Flaky Nails: Why We Get Them And How To Deal With Them
The Debrief: Flaky nails, nailed
Flaky nails are one of those irritating things that happen, but you’re never quite sure why. Well, that’s not strictly true. It’s usually obvious you could be doing more to look after them, but apparently you’re meant to do kegels pretty much constantly, and who’s doing that? Exactly.
Anyway, whether it’s deciding you’re, like, way too tired to go to your mate’s birthday or just your nails, flaking is never good, so here’s the low-down on flaky nails. (I can’t help you with your friend-focused laziness, I’m afraid.)
What are flaky nails?
There’s actually a proper name for flaky nails: onychoschizia. This is used to describe nails that are thin or brittle, or when the ends split or flake apart. I’ll be focusing more on the ‘splitting’ part but, really, it’s all part and parcel of the same thing.
Why do we get flaky nails?
Dryness is one of the main causes. ‘It’s usually when your nail beds are really dry. For example, if you haven’t been applying a base coat,’ Lucy Tucker, nail technician and Perfect7 expert, explained. Typically, flaky nails get worse in the winter because of the harsher climate and lack of moisture.
On top of that, it can be a reaction to long-term exposure to water or chemicals. ‘This includes frequent swimming, dishwashing, use of detergents and nail polish,’ nutrition scientist Dr Stacey Lockyer, explained. On top of that constant wetting and drying of the nail (like when you wash your hands) is likely to increase brittleness.
Internal factors are a potential cause as well, like vitamin deficiences. Emma Myers, founder of BruzZ Nail Brush, expanded on this: ‘It can also be a sign of certain medical conditions such as anaemia, thyroid disorders and skin disorders such as psoriasis.’ If you suspect it could be caused by this, be sure to consult your GP.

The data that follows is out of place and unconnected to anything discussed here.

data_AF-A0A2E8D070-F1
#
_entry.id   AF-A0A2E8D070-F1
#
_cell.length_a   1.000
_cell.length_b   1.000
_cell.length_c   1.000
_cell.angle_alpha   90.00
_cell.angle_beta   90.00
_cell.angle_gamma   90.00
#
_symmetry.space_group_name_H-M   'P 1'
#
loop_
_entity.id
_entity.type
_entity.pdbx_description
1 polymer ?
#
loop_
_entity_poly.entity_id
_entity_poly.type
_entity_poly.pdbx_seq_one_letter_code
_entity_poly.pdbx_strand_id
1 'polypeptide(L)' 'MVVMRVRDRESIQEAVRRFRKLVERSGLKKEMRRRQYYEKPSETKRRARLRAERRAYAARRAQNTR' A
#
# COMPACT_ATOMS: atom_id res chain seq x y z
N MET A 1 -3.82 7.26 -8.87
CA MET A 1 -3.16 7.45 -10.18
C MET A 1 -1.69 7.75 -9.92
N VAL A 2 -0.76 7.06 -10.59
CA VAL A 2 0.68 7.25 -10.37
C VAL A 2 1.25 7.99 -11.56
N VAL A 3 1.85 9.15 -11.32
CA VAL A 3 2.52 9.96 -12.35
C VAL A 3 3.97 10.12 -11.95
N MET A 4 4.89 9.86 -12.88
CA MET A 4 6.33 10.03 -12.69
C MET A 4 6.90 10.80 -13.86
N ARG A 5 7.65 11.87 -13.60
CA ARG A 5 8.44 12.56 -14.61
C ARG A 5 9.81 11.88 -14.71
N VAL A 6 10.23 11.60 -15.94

How should you deal with flaky nails?
It’s so tempting, but don’t pick them! ‘This will make them so much worse! You’re picking layers off which can cause long-term damage. Instead, if the nail splits, gently file the nail with a very soft block buffer,’ Lucy recomends. Something like the Boots 4 Way Buffer Block, £2, is a good choice. This will stop the nail from splitting any further and damaging the rest of the nail.
How do you stop it?
Simply, you need to look after your hands and nails! Using a base coat is a great place to start because it’ll protect the nail when you wear nail polish, which can be really drying. OPI’s new Nail Envy ‘Strength In Color’ in Pink To Envy, £19.50, is ideal for this; it’s their cult Nail Envy formula – which includes wheat protein and calcium to strengthen nails – but with a soft tint, so you can forgo another nail colour entirely if you can’t be bothered.
Cuticle oil will also help keep the nails hydrated. The Elegant Touch Nail Apothecary Cuticle Elixir, £7.95, contains almond and Vitamin E to keep them moisturised. To top it all off, get a good hand-cream in your life like The Body Shop’s Hemp Hand Protector, £5, which is formulayed especially for really dry hands.
And diet? ‘A healthy balanced diet can contribute to healthy nails, as well as skin and hair. Zinc and selenium are particularly important for nails and it’s possible to get enough from our diets,’ Dr Lockyer told me. ‘Good sources of zinc are meat, poultry, shellfish, nuts and wholegrains, while selenium can be found in Brazil nuts, fish, eggs and mushrooms.’
If you feel like you do need a helping hand (pun intended) try Holland & Barrett Selenium Plus Zinc Tablets, £8.99 for 90.
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Artwork by Laura Heckford
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